Phuket Regional Info (App Version)
Phuket is the largest of the 1000s of islands that are found scattered around Thailand’s coastline and is a magical blend of everything a holidaymaker or expatriate could dream of. Discover and embrace swaying palm trees, white sand beaches, restaurants galore and exhilarating nightlife.
The history of the island is steeped in trading and tin mining while today, tourism has become the economic mainstay and has brought many a visitor with some never leaving. Phuket is quite simply paradise. Beyond Phuket are quieter Khao Lak, rugged Krabi, still sleepy Koh Lanta and the islands of Phang Nga Bay.
Phuket is known as the 'Pearl of the Andaman' (Sea) primarily due to its sun-sea-sand destination. The Island has 36 beaches with the nicest and sandiest located along the west coast.
Many internationally renowned movies have been filmed in Phuket and have made some regions famous several of which are the James Bond film 'The Man with the Golden Gun', set in Phang Nga Bay and 'The Beach', the movie that made Maya Bay on Koh Phi Phi Ley famous.
'Pooket', as it's pronounced, has a long history: it was on a major trading route between India and China, rubber and particularly tin mining have contributed to economic development and prosperity and nowadays the Island is a popular tourist destination.
Buddhism is practiced by most of the population with Islam being more popular in the rural areas. The ethnic diversity of the area is a mix of indigenous Thais, Thai-Chinese, ethnic Malays and sea gypsies.
The unique and spectacular topography of the area includes limestone cliffs notably in the Phi Phi Islands, Krabi and Phang Nga Bay while the evergreen rainforest in Khao Sok National Park is the oldest in the world.
Thai, some English spoken in predominately tourist areas.
Phuket lies 7 degrees north of the equator and has year-round temperatures ranging between 21-34°C. November to April brings sunny weather and from May to October, wet weather prevails. Water temperature varies between 26-28°C. An almost perfect mix of sun and sea, idyllic islands, beaches and activites, Phuket and the area have become increasingly popular with scuba divers: chartered boats and liveaboards cruise to the Similan Islands, Phi Phi Islands and elsewhere given favourable weather. The area is also idyllic for yachting and there are four marinas to berth at and the area hosts four international regattas.
'Greater Phuket' comprises six regions: Phuket, Khao Lak, Phang Nga Bay, Koh Phi Phi, Krabi and Koh Lanta.
Khao Lak to the north of Phuket with its long and sandy beaches, is a relatively quiet and inviting area. The area suffered the worst of the damage of the 2004 Tsunami that devastated the shores of Thailand although it has totally recovered today. Khao Lak is the most favoured jump off point to the diving and snorkelling destination, the Similian Islands.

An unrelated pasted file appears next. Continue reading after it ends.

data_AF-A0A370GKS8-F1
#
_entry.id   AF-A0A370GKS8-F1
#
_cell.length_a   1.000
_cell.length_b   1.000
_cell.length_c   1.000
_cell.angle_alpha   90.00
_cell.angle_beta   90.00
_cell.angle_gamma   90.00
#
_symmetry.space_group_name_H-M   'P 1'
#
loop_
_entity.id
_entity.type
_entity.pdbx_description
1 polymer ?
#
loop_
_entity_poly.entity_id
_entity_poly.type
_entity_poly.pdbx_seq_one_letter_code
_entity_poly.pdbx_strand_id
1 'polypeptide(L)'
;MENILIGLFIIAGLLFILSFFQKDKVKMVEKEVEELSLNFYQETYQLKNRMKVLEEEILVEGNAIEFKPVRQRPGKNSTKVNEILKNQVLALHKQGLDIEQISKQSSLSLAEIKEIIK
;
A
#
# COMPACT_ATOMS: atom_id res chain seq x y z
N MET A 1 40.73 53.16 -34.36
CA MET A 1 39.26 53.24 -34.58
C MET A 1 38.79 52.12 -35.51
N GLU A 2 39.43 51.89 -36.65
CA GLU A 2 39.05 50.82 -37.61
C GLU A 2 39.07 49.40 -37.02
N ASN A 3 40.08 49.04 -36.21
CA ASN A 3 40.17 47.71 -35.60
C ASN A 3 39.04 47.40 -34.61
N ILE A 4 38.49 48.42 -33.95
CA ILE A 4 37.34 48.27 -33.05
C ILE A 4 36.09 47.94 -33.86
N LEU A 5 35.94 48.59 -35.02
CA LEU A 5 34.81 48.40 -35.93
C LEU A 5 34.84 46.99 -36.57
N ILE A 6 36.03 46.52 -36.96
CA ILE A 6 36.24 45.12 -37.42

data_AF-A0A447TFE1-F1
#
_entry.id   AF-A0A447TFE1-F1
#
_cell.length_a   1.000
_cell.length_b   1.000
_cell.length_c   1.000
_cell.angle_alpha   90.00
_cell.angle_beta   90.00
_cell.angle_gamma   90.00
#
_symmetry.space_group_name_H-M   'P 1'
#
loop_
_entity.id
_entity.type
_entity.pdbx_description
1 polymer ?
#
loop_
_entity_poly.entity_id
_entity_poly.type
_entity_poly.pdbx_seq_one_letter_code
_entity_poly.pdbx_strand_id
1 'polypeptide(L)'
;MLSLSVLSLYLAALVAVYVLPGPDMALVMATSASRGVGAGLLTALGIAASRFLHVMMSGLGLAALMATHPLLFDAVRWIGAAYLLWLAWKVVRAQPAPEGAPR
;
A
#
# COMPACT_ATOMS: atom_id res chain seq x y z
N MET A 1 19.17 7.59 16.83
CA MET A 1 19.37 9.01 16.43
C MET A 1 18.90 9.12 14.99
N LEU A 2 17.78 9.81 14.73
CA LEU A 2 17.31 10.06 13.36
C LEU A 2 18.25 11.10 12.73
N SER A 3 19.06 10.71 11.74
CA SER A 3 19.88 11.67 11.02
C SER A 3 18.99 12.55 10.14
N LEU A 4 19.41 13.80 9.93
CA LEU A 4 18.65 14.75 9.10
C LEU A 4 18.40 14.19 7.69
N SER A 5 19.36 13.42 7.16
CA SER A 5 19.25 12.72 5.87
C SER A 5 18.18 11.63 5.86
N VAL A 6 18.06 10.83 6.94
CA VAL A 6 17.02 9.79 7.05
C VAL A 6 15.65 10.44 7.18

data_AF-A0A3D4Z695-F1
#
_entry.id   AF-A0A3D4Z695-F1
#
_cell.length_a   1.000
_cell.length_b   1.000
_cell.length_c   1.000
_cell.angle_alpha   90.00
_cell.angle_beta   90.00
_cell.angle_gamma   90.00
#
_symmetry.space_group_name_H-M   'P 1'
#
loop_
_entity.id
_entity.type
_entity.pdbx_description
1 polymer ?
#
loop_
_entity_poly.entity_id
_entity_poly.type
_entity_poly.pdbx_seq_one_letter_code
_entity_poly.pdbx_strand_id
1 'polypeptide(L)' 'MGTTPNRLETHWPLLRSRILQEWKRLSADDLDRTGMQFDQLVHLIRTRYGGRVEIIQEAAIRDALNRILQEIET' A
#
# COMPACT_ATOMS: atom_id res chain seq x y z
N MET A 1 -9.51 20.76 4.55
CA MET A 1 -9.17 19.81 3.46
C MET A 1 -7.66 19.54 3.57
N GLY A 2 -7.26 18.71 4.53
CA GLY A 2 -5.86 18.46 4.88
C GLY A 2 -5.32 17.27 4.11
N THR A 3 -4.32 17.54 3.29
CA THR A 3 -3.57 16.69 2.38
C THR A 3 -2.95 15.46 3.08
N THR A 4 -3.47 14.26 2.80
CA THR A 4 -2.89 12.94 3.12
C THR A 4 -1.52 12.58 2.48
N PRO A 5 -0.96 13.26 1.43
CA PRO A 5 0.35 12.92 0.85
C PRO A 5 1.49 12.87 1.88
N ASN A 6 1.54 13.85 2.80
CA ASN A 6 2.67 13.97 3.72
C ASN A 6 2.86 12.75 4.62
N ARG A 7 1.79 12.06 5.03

Limestone monoliths punctuate the waters of Phang Nga Bay Marine National Park, home to a variety of flora and fauna plus 'James Bond Island' and the Muslim village on stilts. It is well worthwhile exploring the magnificence of the bay through a private yacht charter or a sea canoe excursion tour.
The Phi Phi Islands are comprised of Phi Phi Don and Phi Phi Ley. Rising majestically from the Andaman Sea 48kms south east of Phuket, Phi Phi Don with its sandy beaches, budget and luxury accommodation, restaurants and abundant nightlife is the only inhabitable island while the smaller sheer limestone walled island of Phi Phi Ley sees sightseeers and snorkelers during the daytime.
Krabi boasts a stunning landscape of beautiful sandy beaches several of which are accessible only by longtail, and sheer rocky cliffs crowned with jungle and coconut trees. Avid rock climbers come to scale the craggy limestone karsts prominent in Krabi.
Koh Lanta, the 'Island of long beaches', is the least developed destination of the area and tourism remains in its infancy. The beaches are the most obvious attraction to visitors yet one can find a natural charm and appeal with Old Lanta Town and the national park in the south being interesting things to see.
It no secret that Thai food is a favoured cuisine for many people. Influences range from subtle Chinese flavours, hot and spicy southern dishes, traditional Royal Thai cuisine and the seafood of the Andaman Sea. There are cooking schools in the area where one can learn some basics. Restaurants serving many types of international cuisine are readily found.
Phuket enjoys a 'healthy' nightlife with Patong and particularly Soi Bangla, being the centre of the late night action.
Festivals can be beautiful, wacky and often noisy. The Vegetarian Festival is one of self-mutilation whereas Songkran or the Thai New Year, is an occasion to throw water and have fun.